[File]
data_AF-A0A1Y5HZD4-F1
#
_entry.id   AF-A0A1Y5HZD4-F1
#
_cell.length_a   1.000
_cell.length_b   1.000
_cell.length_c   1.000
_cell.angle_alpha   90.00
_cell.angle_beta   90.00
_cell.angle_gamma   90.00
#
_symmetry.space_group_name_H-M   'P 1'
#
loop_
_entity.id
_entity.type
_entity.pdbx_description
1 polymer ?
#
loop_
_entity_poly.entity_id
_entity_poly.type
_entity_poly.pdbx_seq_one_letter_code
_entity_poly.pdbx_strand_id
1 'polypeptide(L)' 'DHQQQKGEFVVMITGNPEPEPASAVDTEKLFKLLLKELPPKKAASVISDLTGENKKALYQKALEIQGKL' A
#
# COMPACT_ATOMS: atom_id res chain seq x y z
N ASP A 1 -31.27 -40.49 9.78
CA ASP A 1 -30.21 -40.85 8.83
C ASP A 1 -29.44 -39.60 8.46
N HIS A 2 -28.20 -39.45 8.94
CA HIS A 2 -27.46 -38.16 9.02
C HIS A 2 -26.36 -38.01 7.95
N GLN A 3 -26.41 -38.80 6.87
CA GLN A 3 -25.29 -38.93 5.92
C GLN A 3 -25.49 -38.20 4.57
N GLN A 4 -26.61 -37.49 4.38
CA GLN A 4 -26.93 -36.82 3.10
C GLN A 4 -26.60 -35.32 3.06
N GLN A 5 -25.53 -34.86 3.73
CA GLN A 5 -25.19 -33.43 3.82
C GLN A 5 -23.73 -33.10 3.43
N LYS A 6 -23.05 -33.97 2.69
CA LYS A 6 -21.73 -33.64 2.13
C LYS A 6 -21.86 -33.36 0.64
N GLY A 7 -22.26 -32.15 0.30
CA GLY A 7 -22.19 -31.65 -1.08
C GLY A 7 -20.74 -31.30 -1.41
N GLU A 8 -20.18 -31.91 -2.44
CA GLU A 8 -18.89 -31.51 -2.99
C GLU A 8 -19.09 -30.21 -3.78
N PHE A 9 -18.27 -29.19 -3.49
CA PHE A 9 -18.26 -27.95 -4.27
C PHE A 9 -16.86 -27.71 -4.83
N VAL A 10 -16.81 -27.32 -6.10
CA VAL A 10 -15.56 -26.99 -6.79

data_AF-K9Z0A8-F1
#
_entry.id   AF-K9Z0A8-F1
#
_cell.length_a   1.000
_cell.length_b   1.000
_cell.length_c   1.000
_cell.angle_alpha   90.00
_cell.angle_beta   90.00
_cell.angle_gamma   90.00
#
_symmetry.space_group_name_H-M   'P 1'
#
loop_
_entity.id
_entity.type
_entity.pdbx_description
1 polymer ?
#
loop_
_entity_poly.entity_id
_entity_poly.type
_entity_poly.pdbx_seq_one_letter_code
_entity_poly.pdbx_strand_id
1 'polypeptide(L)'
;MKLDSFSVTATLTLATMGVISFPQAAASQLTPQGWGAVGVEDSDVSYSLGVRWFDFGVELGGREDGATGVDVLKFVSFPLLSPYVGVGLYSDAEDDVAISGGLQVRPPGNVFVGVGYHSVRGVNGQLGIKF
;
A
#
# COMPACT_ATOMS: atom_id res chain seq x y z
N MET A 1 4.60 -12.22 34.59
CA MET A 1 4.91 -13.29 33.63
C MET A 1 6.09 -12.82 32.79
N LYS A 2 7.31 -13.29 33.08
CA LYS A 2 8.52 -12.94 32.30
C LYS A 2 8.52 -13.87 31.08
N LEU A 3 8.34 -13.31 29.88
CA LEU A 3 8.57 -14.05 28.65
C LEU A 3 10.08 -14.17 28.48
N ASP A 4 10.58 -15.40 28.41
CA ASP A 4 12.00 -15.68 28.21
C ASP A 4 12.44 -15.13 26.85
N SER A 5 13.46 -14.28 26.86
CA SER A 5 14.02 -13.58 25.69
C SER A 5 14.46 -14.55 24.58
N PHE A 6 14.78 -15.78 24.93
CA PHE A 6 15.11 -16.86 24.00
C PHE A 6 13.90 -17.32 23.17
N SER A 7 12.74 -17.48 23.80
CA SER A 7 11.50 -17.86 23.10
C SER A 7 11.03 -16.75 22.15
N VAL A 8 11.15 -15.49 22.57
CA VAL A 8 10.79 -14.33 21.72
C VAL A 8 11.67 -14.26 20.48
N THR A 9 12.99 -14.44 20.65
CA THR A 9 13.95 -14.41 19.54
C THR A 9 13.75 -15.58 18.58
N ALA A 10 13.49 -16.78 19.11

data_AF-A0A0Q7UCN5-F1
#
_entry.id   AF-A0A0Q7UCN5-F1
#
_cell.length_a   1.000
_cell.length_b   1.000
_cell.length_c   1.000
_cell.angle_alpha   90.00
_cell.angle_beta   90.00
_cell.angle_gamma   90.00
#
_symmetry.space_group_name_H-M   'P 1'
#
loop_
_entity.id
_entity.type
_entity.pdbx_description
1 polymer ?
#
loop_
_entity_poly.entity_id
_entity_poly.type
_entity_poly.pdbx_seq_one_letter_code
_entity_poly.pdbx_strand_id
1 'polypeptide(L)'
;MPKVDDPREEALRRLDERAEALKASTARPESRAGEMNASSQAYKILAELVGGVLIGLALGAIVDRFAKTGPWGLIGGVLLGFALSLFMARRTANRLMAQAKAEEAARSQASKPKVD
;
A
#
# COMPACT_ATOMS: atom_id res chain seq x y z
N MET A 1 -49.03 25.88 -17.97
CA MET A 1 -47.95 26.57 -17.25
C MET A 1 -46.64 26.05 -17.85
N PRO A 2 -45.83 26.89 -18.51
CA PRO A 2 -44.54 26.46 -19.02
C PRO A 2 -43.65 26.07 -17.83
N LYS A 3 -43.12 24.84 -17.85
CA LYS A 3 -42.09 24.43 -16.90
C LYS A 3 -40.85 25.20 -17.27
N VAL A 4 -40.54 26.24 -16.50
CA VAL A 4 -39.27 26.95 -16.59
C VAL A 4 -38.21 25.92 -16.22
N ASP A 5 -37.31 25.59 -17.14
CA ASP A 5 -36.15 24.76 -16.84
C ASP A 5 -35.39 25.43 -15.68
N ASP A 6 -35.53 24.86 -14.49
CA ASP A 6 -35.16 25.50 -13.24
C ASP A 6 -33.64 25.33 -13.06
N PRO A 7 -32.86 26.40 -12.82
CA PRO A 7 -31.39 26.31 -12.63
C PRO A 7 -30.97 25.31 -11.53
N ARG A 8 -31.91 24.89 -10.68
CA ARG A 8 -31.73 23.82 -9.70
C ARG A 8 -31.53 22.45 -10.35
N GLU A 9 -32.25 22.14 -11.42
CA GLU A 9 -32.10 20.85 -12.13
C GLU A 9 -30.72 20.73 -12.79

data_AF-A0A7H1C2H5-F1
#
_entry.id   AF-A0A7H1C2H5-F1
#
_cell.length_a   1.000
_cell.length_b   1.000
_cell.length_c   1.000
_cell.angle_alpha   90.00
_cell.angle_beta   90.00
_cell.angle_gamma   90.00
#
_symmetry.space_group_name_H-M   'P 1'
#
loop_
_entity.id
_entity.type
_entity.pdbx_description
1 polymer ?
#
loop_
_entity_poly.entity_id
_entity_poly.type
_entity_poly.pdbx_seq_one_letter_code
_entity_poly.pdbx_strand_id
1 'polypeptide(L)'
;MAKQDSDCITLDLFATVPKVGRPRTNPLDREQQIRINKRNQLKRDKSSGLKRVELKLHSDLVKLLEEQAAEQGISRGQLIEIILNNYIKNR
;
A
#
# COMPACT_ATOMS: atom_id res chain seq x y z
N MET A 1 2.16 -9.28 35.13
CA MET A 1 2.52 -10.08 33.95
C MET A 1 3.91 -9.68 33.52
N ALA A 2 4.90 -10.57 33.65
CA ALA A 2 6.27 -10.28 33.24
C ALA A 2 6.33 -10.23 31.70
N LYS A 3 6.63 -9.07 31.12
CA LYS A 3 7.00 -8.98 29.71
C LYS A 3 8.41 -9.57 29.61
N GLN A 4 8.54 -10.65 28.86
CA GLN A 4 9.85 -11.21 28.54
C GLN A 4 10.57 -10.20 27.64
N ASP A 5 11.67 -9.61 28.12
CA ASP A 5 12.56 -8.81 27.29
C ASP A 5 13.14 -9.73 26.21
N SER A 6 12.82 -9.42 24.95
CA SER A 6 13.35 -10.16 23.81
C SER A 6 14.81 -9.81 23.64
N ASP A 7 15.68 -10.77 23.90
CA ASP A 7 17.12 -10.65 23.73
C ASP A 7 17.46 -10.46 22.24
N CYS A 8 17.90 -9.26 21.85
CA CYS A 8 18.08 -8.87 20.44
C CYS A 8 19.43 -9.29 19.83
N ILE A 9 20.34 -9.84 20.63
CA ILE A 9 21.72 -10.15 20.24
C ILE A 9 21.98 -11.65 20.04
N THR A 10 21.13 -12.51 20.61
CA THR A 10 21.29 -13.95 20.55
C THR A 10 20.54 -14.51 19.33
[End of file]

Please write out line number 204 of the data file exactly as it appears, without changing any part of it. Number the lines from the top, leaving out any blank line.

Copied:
C MET A 1 3.91 -9.68 33.52